In an exclusive for The Privacy Advisor, George Washington University Prof. Amitai Etzioni discusses “privacy merchants,” companies whose main business it is to track Internet users and keep detailed accounts on them. While laws regulate access to certain data sets, such as medical and financial records, one can easily use “privacy violating triangulation” to piece together such information in a roundabout way, Etzioni writes. He adds that laws to ban such a practice, while seemingly unlikely due to anti-regulatory and pro-business climates in the U.S., would “serve as part of a system that would shore up privacy to a reasonable level in the future.”  (IAPP member login required for access.)
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ONLINE PRIVACY

Opinion: Should Do-Not-Track Get the Axe? (October 10, 2012)

Ed Bott writes for ZDNet about his view on the status of the do-not-track debate. “The advertising side wants the standard to be rendered meaningless, the tech guys throw up their hands and say they have lost any energy to go on with a ‘pathetic’ process. And privacy advocates are completely marginalized,” Bott writes. Outlining excerpts from the World Wide Web Consortium’s working group and releases from the Digital Advertising Alliance (DAA), Bott also highlights discussions about Microsoft’s “default on” do-not-track mechanism, which the company shows no signs of backing down on. Meanwhile, the DAA has issued a release allowing companies to reject it.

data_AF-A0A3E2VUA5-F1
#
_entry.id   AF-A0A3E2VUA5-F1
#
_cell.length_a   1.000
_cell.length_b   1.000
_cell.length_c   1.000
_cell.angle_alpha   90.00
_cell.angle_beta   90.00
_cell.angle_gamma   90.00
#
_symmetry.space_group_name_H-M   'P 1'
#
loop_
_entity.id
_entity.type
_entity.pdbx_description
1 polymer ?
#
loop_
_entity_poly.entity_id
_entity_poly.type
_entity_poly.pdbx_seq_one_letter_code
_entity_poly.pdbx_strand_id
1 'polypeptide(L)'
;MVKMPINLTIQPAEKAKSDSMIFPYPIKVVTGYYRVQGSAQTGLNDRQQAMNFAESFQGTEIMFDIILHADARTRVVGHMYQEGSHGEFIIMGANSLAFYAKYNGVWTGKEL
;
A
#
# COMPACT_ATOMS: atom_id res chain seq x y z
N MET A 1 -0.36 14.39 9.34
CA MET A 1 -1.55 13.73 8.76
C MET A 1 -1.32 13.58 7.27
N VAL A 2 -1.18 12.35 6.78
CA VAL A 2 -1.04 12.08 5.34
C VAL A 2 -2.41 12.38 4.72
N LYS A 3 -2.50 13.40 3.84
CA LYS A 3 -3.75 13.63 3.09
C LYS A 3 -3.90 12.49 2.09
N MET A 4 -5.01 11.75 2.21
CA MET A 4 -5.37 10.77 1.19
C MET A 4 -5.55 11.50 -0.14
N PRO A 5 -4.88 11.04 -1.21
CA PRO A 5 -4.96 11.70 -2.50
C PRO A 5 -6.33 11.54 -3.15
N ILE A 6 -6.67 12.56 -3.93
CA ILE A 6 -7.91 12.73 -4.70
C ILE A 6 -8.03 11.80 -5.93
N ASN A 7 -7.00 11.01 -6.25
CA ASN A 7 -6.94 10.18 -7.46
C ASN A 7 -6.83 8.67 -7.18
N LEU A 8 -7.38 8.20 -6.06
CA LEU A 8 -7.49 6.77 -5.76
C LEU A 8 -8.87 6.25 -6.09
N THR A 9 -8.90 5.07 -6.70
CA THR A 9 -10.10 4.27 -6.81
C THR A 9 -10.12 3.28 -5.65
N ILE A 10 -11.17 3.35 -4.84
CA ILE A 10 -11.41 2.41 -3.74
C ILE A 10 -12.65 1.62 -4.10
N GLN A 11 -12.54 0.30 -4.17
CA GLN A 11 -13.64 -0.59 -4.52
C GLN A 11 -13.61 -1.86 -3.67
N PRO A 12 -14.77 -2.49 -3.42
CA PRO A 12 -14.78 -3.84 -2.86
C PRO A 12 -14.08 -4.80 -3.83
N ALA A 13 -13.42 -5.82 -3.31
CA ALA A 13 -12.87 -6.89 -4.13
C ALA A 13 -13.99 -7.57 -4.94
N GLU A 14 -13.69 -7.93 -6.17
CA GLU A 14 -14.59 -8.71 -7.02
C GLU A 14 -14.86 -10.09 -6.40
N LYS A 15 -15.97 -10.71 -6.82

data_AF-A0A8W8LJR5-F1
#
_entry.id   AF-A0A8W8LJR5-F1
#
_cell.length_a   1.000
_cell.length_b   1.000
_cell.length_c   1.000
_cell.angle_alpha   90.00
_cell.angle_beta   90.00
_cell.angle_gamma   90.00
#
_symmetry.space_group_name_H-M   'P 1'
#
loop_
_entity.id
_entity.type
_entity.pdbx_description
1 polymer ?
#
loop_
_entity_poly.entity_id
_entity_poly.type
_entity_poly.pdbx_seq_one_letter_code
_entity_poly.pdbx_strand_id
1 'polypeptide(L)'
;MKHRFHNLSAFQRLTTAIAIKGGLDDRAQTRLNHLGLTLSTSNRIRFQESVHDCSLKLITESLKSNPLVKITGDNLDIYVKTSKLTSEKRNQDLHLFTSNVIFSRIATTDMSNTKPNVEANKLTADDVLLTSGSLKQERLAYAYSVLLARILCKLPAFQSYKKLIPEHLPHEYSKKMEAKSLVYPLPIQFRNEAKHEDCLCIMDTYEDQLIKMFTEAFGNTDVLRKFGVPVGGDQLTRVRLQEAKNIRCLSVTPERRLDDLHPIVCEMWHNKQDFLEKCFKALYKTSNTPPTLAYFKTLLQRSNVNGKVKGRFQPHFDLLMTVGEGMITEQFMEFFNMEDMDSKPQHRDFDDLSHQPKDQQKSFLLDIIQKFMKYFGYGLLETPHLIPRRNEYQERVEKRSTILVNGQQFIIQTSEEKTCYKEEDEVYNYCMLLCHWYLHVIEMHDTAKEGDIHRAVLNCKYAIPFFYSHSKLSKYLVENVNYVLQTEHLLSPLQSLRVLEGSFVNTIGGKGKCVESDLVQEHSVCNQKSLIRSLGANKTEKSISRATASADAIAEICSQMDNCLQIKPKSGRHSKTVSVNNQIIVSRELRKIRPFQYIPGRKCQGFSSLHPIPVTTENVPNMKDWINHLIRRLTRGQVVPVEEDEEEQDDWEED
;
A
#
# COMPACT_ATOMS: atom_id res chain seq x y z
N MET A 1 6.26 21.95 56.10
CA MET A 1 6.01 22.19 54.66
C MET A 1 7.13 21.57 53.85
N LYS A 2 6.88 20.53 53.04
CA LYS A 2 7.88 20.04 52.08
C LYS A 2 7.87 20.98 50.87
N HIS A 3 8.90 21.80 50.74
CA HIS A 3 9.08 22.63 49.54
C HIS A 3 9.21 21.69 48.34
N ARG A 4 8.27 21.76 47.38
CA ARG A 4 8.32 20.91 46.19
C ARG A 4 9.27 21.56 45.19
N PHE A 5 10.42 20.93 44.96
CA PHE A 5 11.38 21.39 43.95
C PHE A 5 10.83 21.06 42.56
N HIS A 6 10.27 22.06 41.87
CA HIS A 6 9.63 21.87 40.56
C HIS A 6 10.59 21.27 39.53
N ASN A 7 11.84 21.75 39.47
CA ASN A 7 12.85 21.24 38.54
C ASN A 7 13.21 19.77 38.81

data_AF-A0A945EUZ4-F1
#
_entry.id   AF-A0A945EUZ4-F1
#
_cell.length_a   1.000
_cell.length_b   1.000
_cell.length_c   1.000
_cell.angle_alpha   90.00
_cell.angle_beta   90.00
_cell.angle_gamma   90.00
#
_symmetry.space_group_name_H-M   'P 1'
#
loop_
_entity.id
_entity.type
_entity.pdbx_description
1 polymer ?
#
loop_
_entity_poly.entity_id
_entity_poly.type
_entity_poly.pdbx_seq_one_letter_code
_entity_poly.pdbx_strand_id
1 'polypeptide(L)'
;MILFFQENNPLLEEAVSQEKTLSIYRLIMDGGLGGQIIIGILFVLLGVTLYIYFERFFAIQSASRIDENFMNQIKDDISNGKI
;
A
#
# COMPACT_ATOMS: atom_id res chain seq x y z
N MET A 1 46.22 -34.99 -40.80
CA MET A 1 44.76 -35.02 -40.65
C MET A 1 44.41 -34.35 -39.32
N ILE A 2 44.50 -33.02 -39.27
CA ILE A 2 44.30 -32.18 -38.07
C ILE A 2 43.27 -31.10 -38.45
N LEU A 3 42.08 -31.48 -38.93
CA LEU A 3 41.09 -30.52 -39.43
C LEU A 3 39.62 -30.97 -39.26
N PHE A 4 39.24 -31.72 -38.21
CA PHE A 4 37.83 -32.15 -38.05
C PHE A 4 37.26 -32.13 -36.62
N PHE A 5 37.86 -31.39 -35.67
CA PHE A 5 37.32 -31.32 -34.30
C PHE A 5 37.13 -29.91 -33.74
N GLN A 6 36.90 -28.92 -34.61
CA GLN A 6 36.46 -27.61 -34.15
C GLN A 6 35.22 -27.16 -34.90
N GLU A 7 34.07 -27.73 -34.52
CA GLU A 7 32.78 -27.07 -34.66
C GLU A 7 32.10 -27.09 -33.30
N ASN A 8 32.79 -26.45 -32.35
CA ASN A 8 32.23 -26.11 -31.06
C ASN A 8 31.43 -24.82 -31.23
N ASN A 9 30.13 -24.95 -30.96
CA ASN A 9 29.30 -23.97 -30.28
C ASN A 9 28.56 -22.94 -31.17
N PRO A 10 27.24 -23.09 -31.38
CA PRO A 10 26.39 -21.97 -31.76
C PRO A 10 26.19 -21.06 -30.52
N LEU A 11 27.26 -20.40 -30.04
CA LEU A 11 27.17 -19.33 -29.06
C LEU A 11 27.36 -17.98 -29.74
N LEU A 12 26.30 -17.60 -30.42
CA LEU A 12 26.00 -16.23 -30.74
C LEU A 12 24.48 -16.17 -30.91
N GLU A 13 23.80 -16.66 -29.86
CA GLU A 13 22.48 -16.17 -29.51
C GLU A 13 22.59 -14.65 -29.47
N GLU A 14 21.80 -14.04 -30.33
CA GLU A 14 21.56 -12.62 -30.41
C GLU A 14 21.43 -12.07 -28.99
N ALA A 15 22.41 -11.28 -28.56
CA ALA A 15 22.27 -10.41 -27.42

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PRIVACY

Should I Get More Involved? (October 10, 2012)

In this exclusive for The Privacy Advisor, Heather Egan Sussman, CIPP/US, discusses the ways volunteering has enhanced her professional experiences. Sussman is a partner in the law firm of McDermott Will & Emery LLP. She is co-chair of the firm’s Global Privacy and Data Protection Group. “Being on a board elevates participation to more of a national and international level rather than just focusing on a particular region,” Sussman says, adding that such involvement has connected her with “many of the top minds in privacy.”
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ONLINE PRIVACY

What Happens to Data After Death? (October 9, 2012)
IT World reports on what happens to an individual’s online data after death. There isn’t yet comprehensive legislation on how a deceased person’s data must be handled, and the draft of the revised European Data Protection Directive makes no mention of it, the report states. Instead, rules differ from one jurisdiction to the next. In Bulgaria, for example, data rights belong to the deceased’s heirs, while in Estonia, previously obtained consent to process personal data is deemed valid for 30 years after death, unless the data subject says otherwise during their living years.

DATA PROTECTION—EU & U.S.